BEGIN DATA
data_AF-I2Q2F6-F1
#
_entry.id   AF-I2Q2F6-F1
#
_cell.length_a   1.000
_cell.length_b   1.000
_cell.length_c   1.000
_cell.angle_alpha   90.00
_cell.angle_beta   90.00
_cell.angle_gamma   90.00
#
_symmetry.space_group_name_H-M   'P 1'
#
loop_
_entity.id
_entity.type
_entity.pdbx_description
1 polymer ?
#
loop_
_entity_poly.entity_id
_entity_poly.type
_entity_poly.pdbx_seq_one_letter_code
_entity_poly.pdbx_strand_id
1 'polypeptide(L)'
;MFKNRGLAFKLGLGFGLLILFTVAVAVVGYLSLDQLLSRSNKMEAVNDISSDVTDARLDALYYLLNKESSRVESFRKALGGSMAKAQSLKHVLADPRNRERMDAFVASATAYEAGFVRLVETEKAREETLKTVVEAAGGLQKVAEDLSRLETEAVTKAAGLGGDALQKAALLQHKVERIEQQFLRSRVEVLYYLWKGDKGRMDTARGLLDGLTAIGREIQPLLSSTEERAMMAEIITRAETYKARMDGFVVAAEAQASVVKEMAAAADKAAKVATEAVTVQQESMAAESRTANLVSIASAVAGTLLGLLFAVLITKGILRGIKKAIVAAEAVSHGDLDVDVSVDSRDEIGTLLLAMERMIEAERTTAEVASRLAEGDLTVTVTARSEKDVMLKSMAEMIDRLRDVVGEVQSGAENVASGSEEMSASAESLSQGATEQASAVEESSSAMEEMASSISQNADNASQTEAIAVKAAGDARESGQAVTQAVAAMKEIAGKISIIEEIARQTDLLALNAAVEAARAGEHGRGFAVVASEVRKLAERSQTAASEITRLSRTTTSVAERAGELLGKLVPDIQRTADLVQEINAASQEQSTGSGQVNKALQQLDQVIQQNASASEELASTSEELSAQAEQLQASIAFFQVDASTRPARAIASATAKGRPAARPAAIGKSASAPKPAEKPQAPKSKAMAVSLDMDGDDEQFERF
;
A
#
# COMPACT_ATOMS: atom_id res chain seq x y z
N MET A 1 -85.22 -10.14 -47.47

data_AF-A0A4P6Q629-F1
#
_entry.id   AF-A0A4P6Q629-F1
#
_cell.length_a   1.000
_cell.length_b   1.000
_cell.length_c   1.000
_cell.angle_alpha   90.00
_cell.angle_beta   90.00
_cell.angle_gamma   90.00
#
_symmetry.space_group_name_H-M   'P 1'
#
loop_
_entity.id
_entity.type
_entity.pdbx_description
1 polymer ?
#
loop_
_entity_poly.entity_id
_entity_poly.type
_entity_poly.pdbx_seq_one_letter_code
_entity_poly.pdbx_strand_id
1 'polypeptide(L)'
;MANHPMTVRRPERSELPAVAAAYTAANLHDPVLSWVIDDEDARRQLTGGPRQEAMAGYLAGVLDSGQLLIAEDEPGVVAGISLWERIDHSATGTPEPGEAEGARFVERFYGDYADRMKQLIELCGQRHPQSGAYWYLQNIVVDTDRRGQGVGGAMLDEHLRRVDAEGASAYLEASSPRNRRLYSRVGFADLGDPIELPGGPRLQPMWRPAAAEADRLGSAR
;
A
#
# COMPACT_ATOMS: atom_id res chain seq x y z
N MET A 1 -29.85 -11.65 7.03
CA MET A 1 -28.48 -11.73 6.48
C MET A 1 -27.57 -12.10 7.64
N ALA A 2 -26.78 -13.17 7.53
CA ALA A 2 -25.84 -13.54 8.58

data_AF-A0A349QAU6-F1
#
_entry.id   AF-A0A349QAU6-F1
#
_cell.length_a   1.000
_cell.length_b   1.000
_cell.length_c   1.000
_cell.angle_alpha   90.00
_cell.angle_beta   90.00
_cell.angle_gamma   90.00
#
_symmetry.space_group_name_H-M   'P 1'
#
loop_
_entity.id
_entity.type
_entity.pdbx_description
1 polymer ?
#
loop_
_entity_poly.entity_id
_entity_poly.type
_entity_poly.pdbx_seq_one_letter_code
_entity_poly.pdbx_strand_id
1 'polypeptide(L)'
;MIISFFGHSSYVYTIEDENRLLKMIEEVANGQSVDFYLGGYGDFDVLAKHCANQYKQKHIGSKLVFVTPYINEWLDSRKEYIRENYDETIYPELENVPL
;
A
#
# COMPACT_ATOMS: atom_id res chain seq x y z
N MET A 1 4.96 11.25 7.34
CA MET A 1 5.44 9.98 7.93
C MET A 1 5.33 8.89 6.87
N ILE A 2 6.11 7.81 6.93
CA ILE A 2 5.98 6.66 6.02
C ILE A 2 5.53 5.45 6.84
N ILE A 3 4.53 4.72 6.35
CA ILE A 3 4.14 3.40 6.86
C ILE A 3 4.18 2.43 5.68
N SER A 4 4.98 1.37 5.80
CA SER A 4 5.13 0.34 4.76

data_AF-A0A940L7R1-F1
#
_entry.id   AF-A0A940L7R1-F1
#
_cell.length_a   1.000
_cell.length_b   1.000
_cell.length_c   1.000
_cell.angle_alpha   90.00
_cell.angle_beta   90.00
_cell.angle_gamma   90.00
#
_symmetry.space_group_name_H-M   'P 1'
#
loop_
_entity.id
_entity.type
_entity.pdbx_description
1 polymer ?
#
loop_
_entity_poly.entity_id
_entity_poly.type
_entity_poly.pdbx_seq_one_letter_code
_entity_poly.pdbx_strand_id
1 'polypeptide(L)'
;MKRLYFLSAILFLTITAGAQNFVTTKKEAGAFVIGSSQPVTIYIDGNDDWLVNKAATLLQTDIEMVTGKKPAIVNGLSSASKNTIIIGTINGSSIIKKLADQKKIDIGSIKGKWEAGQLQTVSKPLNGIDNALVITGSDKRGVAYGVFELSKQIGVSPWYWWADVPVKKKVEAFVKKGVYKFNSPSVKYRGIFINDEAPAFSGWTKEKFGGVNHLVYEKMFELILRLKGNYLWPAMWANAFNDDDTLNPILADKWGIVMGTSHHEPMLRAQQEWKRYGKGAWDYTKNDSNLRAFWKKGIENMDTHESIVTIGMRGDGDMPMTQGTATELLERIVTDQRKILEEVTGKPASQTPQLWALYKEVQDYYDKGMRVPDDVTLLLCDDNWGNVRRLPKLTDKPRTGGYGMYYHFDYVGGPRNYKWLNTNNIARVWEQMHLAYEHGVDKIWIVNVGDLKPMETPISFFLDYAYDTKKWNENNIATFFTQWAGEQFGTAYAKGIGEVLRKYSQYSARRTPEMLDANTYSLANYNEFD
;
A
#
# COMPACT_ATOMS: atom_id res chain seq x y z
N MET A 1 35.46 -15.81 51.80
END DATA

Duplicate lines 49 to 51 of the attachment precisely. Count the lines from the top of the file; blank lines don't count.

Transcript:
1 polymer ?
#
loop_